Griswold Map

George & Woodward H. Griswold Preserve

Click the trail map above to view, download and print a PDF enlargement of this map.

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Fishladder

The Mary Steube Fish Way, built in 1998.

George & Woodward H. Griswold Preserve

This 51-acre property, bequeathed to the Trust in 1999 by Mary Steube in memory of her father and uncle, Woodward H. and George Griswold, respectively, is situated along the Mill River and Lower Mill Pond and contains forested uplands and vernal pools in addition to the riparian areas. It is the site of Connecticut DEP fish and eel ladders. Beaver reside in the pond as do several species of duck in season. Many migratory birds can be seen throughout the property. At its northeastern corner, the preserve is directly across the Mill River from the Trust's Hoffman-Matthiessen-DeGerenday preserve.

Directions

The George & Woodward Griswold Preserve is located off the Boston Post Road, about two miles west of Laysville Center and almost opposite Stoneleigh Knoll.

Click for: Mapquest Directions.

Trail

The loop or perimeter trail is entered between the two cedar posts and bears to the left after about 100 feet. This trail leads directly to the fish ladder area. From the fish ladder area the trail continues along the bank of the pond in an easterly direction for about 300 yards, then turns to the right and enters a wood road back to the parking area. The walk is about about three quarters of a mile and takes about forty minutes. A more direct route is the dirt road to the fish ladder area and back. This walk takes about 20 minutes.

Stewards

Andrea and Allan Inglis; Christina Clayton (860-434-6294).

Please contact our steward if you have any questions, concerns or comments regarding this property or use our online Property Report Form.


Lower Mill Pond Fish Ladder

There is a ladder for diadromous fish (primarily alewives and blueback herring, or "buckies") and an eel ladder on the property next to the dam on the Lower Mill Pond. The fish ladder was installed in 1998 through a cooperative effort between the Connecticut Department of Environmental Protection (CT DEP) and the Old Lyme Land Trust. The fish and eel ladder operation is monitored by the CT DEP, which issues weekly fish count reports during the fish run season. See the Connecticut River Salmon Association's web site (www.ctriversalmon.org) for a list of reports.

The fish ladder has a viewing window where it's possible to see the fish go up the ladder and into the pond by jumping from one step to another. There is a fish counter on the ladder to keep track of the number of fish using it. The eel ladder is a board with pegs and has a stream of water running over it. The eel wrap around the pegs as they move upward. Unlike the fish ladder, the eel ladder does not span the height of the dam. The eel drop into a bucket after traversing the ladder and are deposited in the pond by DEP staff.

Why a fish ladder?

Diadromous fish are species that live in both saltwater and freshwater and engage in extended spawning migrations back and forth. Anadromous fish begin their lives in freshwater, migrate to sea as juveniles, mature at sea, and return to the stream of their origin to spawn. Well-known examples include salmon, shad, alewives, sturgeon, and sea lamprey. By contrast, Catadromous fish (which, in Connecticut include only the American eel) begin their lives in the ocean, migrate to freshwater as juveniles, mature in freshwater, and migrate back to the ocean to spawn.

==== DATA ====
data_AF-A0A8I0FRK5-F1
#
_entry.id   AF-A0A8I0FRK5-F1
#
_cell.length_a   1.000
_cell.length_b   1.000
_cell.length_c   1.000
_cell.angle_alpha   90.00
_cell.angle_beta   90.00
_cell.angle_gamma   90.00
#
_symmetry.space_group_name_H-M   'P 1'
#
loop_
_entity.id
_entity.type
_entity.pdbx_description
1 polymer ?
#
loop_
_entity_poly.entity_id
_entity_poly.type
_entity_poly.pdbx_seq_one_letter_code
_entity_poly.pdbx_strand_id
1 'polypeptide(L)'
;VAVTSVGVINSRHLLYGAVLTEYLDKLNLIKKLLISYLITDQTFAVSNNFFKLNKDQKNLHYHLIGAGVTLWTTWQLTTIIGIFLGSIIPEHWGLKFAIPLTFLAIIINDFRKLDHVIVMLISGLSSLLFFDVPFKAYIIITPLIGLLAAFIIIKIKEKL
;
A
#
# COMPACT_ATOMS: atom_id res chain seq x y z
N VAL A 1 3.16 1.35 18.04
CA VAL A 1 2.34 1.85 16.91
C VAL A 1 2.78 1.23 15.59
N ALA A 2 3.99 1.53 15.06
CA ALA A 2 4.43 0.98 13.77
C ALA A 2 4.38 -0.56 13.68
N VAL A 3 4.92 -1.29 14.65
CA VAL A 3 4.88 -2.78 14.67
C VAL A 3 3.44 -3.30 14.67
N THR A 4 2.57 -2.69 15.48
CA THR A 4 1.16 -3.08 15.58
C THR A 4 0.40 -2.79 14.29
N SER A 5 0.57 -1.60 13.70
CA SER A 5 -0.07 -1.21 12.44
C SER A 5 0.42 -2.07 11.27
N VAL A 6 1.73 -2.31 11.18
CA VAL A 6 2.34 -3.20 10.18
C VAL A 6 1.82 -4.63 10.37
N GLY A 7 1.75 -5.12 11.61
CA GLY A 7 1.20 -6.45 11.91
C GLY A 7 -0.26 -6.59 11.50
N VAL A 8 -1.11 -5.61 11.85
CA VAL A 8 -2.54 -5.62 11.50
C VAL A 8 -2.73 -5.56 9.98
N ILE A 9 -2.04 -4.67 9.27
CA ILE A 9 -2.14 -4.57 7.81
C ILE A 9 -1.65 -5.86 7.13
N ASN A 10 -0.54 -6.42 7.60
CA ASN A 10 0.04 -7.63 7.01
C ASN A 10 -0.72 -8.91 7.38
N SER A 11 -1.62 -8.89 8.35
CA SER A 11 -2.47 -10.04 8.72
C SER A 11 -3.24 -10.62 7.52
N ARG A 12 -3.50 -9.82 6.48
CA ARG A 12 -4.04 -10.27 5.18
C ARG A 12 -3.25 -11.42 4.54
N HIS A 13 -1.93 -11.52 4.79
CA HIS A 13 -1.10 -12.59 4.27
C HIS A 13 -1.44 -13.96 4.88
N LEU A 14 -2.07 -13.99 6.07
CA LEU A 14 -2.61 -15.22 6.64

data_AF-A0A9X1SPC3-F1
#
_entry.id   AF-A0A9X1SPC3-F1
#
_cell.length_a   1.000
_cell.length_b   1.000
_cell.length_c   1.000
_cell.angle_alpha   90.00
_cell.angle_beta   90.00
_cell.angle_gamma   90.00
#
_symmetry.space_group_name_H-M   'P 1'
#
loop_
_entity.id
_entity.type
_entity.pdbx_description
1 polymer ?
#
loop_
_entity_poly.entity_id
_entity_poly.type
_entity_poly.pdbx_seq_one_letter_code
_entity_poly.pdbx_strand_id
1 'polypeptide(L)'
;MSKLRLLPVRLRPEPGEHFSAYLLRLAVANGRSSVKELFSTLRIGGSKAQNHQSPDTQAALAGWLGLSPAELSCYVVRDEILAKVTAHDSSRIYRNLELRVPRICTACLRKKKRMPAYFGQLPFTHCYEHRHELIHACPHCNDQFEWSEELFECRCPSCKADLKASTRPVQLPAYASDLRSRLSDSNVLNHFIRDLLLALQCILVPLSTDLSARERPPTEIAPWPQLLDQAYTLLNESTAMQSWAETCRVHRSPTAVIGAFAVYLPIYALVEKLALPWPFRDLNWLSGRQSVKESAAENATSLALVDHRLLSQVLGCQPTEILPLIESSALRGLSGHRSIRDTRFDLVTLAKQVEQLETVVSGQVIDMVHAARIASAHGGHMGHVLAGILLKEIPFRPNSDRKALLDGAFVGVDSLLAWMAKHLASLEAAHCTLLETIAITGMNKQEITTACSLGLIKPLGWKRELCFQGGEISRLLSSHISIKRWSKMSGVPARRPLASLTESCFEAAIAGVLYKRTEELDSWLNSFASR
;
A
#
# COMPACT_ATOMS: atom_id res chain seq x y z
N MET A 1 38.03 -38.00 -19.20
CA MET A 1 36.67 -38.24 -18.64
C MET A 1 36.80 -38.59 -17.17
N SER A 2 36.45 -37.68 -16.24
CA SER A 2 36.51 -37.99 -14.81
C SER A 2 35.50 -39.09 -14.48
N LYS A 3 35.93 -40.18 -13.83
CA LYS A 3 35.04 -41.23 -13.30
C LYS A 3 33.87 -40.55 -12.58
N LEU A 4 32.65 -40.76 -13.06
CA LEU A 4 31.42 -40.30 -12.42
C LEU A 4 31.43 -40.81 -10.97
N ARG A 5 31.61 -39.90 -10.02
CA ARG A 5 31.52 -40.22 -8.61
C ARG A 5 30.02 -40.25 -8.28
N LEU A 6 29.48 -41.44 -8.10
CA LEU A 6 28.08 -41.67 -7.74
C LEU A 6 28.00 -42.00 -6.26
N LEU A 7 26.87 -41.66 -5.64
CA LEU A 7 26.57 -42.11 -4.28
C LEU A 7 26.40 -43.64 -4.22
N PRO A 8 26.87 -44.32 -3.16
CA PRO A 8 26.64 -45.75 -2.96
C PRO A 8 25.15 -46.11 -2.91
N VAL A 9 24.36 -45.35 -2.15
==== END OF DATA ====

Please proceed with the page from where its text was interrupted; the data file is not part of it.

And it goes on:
Rivers in Connecticut supported significant fish runs until the late 1700's. But during the Industrial Revolution, dams were built on these rivers to power mills and hydroelectric projects, creating barriers that many fish could not get around. This blocked their access to spawning sites and caused degradation of downstream habitats. In some cases (such as the alewife), it reduced their population size greatly. In other cases (such as the Atlantic salmon in Connecticut), all spawning habitat was upstream of the dams and it resulted in the species' extermination.

Government agencies such as the CT DEP are working to restore runs of diadromous fish to streams in New England. The best thing to do is remove dams but that is often not possible. The next best thing to do is build a fish ladder to allow fish to swim up and around the dams and access historical habitat. The CT DEP enthusiastically cooperates with local groups like the Old Lyme Land Trust to build and operate fish ladder to support fish restoration to our local communities.

Fish Ladder on Upper Mill Pond on the Mill Brook

In addition to its involvement with CT DEP in the installation and maintenance of the fish ladders on the Lower Mill Pond, Old Lyme Land Trust cooperated with CT DEP on a fish ladder to get around the dam on the Upper Mill Pond. The ladder was completed in 2002.

The dam on Upper Mill Pond has existed since before 1750. The property on which the dam is constructed can be traced back to around 1650. It became part of the First Ecclesiastical Society (1665-1850), the first community to inhabit the Old Lyme settlement after it moved here from Old Saybrook. The dam gave the area its first economy and was the site of two mills, a grist mill and a hydraulic hammer that forged iron found close by in the nearby meadow. Extensive exploration of the archeological site, prior to establishing the site of the fish ladder, provided insight into the footprint of the former mills.

The photos below were taken during the building of the fish ladder on Upper Mill Pond in March 2002.

 

Const 1

The Alaska Steep Pass units going into place.

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Const 2

The lower entrance pool arrives.